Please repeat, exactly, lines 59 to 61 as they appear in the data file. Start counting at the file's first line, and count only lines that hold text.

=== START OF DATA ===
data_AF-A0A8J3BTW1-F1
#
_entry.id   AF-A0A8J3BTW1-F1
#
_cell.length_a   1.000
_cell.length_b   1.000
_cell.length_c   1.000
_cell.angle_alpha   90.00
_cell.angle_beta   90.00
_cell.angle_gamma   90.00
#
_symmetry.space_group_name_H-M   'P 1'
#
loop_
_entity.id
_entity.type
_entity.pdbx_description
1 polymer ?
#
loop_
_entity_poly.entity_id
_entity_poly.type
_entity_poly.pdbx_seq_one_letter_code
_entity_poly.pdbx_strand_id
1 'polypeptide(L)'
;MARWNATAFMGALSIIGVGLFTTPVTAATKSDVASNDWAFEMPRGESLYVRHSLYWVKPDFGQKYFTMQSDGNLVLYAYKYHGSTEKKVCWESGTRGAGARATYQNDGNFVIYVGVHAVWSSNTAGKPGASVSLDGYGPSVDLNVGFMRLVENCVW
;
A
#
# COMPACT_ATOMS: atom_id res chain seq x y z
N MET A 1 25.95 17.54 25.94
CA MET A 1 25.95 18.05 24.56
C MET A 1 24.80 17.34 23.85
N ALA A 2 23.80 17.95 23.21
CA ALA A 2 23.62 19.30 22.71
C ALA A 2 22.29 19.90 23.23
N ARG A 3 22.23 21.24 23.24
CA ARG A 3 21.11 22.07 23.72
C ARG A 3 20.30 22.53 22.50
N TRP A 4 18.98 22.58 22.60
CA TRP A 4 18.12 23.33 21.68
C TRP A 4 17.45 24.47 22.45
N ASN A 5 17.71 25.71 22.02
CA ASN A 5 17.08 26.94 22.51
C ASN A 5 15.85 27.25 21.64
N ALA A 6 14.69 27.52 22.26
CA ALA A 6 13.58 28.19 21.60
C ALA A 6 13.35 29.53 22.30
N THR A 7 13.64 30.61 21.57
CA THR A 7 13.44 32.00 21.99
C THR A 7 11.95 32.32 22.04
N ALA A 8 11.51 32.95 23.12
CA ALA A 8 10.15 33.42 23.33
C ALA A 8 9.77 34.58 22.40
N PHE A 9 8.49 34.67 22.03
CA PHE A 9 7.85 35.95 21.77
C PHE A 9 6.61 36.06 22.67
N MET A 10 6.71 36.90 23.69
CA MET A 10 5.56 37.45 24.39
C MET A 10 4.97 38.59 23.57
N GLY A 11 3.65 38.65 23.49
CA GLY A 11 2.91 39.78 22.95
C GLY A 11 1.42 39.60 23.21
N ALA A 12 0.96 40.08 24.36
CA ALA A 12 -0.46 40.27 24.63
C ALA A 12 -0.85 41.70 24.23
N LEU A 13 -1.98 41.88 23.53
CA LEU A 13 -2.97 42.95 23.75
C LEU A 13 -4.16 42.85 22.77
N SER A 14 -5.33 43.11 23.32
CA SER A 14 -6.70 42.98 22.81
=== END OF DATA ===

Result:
CA MET A 10 5.56 37.45 24.39
C MET A 10 4.97 38.59 23.57
N GLY A 11 3.65 38.65 23.49